Perched in a great spot on 'Moving Day'
Day six at the Masters and unfortunately not a day when George would be taking part in the third round of the tournament. We all went through the whole range of emotions, watching the end of the second round on Friday. With George closing on +5, it was always going to be touch and go as to whether or not he would make the cut.
I watched the end of the second round with George, back at the rented house, and it was difficult being with him when it was confirmed that he had missed the cut, with it being made at +4. As it was his first Masters, my heart went out to him, particularly as it was only one shot, leaving George to mull over some of the silly bogeys he made over the two rounds. Nonetheless, we went out for dinner and discussed his first Masters, and I think that George can hold his head high, particularly as he didn’t have his best game with him, most noticeably off the tee. And he only missed the cut by one. You just need to look at some of the guys contending, such as Fred Couples and Angel Cabrera, to know that it really is a course that is easier to play, the more times you play it. I mean, Cabrera hasn’t really been heard of since he won here in 2009, and Couples plays on the Champions Tour for seniors.
George was so close, and when Tiger went into the water at 15, I thought he was safe, due to the fact that he needed to be within 10 shots of the leader to qualify for the weekend. But Jason Day birdied the 16th, and that pushed George out by a shot. I must be honest, I felt the same way I felt in the 1999 Cricket World Cup and the 1999 Rugby World Cup – done in by an Aussie!
With George not playing, round three saw me go in search of the other South Africans in the field, and I picked up Richard Sterne round the turn, and managed to get some of Tim Clark, who obviously had one of the rounds of the day with a 67. It was great seeing that, and even though Tim doesn’t hit the ball very far, he has a good record here, with a second place a couple of years ago.
I thought that some of the pins were fairly accessible, but then some of them weren’t, with very few birdies at 15 and 16, with Tim’s birdie at 16 being all the more impressive. Saturday at the Masters is referred to as ‘Moving Day’, but it doesn’t appear as if anyone has really made a move, with Snedeker and Cabrera leading on -7. So, still plenty of guys in with a chance of winning.
I decided to perch myself down by the 16th tee, which meant I could get a good look at this famous par three, as well as the 15th fairway and green, the 17th tee and the sixth green. It really is a beautiful part of the golf course, looking across the lake to the 16th green, and I managed to soak up the atmosphere, which was great. I got chatting to a father and son pair, who have been coming to the Masters for 45 years! They had some great stories for me, including telling me about the famous Jack Nicklaus birdie at 16 in 1986 and Charl Schwartzel’s birdie in 2011. They also talked about Trevor Immelman’s win in 2008 and how they thought the conditions that year were the toughest they’d ever seen, with the wind blowing like it did.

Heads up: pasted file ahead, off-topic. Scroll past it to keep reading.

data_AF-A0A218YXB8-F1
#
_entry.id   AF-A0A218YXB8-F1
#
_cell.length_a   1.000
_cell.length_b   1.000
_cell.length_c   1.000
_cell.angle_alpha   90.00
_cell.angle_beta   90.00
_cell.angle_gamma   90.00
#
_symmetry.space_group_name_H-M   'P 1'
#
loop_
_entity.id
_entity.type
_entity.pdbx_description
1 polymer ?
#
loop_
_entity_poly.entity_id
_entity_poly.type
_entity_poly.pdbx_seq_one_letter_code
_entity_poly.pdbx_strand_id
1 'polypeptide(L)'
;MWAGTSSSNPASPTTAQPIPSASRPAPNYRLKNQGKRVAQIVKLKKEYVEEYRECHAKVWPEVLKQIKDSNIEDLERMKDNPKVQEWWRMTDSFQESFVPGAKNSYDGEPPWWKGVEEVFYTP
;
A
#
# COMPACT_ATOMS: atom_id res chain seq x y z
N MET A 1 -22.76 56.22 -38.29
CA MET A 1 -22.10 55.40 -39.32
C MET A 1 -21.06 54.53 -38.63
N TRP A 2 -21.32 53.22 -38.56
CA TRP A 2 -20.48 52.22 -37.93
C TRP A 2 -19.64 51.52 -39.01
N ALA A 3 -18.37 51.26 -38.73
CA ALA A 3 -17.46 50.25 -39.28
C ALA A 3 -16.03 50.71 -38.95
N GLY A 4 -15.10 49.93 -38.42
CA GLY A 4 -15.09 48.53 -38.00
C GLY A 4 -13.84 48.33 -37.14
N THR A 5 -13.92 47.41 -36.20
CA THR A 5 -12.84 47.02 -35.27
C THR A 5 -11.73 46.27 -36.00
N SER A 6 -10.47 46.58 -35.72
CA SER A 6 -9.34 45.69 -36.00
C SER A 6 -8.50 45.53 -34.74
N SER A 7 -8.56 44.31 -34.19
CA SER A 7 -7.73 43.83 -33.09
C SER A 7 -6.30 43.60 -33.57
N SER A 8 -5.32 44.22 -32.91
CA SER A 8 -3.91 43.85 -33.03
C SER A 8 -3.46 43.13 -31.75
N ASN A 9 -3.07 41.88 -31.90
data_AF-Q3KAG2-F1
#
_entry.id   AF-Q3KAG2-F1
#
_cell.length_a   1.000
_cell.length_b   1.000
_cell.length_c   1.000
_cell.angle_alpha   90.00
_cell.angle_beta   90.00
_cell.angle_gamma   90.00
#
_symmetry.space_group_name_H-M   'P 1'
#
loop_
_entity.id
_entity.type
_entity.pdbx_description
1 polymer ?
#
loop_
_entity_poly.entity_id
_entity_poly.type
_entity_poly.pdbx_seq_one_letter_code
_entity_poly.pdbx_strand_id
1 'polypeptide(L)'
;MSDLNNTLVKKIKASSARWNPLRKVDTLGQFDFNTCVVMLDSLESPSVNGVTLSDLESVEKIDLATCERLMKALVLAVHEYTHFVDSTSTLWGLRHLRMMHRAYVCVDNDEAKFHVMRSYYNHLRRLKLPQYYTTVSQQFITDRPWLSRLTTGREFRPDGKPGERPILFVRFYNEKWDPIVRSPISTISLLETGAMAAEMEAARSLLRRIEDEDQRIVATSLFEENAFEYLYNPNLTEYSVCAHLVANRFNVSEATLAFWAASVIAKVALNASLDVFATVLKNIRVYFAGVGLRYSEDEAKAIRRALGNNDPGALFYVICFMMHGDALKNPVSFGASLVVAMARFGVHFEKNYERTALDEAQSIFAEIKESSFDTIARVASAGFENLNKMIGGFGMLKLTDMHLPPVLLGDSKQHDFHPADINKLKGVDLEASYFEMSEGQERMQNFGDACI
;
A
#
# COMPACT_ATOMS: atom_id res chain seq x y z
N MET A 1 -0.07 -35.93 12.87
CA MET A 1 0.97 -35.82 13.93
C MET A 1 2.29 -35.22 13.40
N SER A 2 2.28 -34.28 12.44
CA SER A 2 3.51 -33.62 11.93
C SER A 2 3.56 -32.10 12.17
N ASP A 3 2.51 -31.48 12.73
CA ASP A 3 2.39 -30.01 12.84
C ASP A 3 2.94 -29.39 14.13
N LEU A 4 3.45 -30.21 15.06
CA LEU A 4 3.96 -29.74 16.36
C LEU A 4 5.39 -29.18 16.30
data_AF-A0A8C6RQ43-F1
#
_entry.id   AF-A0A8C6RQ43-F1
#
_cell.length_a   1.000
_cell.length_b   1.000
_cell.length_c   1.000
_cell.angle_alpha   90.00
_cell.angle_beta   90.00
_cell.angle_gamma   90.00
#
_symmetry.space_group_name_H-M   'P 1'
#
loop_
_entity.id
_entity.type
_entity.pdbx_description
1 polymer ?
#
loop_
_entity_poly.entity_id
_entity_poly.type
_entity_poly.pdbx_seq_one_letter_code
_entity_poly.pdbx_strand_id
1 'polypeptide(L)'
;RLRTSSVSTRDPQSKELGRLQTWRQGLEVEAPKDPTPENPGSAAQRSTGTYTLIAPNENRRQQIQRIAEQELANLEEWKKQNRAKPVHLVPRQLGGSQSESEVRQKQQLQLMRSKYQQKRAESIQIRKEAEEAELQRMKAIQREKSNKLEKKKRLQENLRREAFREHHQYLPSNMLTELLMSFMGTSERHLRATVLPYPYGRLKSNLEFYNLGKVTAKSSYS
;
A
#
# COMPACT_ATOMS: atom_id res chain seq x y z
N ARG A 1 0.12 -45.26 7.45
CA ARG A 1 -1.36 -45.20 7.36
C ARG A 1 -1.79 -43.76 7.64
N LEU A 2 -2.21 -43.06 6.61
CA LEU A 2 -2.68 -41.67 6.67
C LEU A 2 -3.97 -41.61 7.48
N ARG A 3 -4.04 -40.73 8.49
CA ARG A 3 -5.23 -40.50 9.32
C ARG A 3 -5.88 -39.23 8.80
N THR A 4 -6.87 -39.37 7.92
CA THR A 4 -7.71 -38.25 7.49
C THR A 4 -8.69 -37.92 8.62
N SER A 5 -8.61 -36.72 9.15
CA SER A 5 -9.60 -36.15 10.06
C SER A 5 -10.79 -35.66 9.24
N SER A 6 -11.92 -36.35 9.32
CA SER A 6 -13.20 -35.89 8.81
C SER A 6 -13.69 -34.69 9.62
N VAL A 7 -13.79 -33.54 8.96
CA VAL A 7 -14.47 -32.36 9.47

Obviously, the big talking point on Saturday was the two-shot penalty handed to Tiger Woods, for dropping his ball in the incorrect place on the 15th hole in round two, after he had hit his ball in the water. The players I spoke to didn’t really want to comment, but there seemed to be an overall split down the middle, in terms of those who felt he should have been disqualified for signing an incorrect scorecard, and those who thought the two-stroke penalty was fair. I also spoke to people in the stands, and the overall feeling I got from them was that he should have been disqualified, and that he would have got some credit from the patrons, if he’d sat out.
What was interesting was that the Masters officials investigated the incident while Tiger was playing the 18th in round two, and decided that he hadn’t gained any significant advantage. But then Tiger did an interview after his round, saying that he had purposefully dropped his ball two yards back from the original spot. That’s when they decided on the two-shot penalty.
All in all, a lovely day and if you ever get to the Masters, I can recommend the spot I found myself in, behind the 16th tee.
It’s all set up for a cracking final round.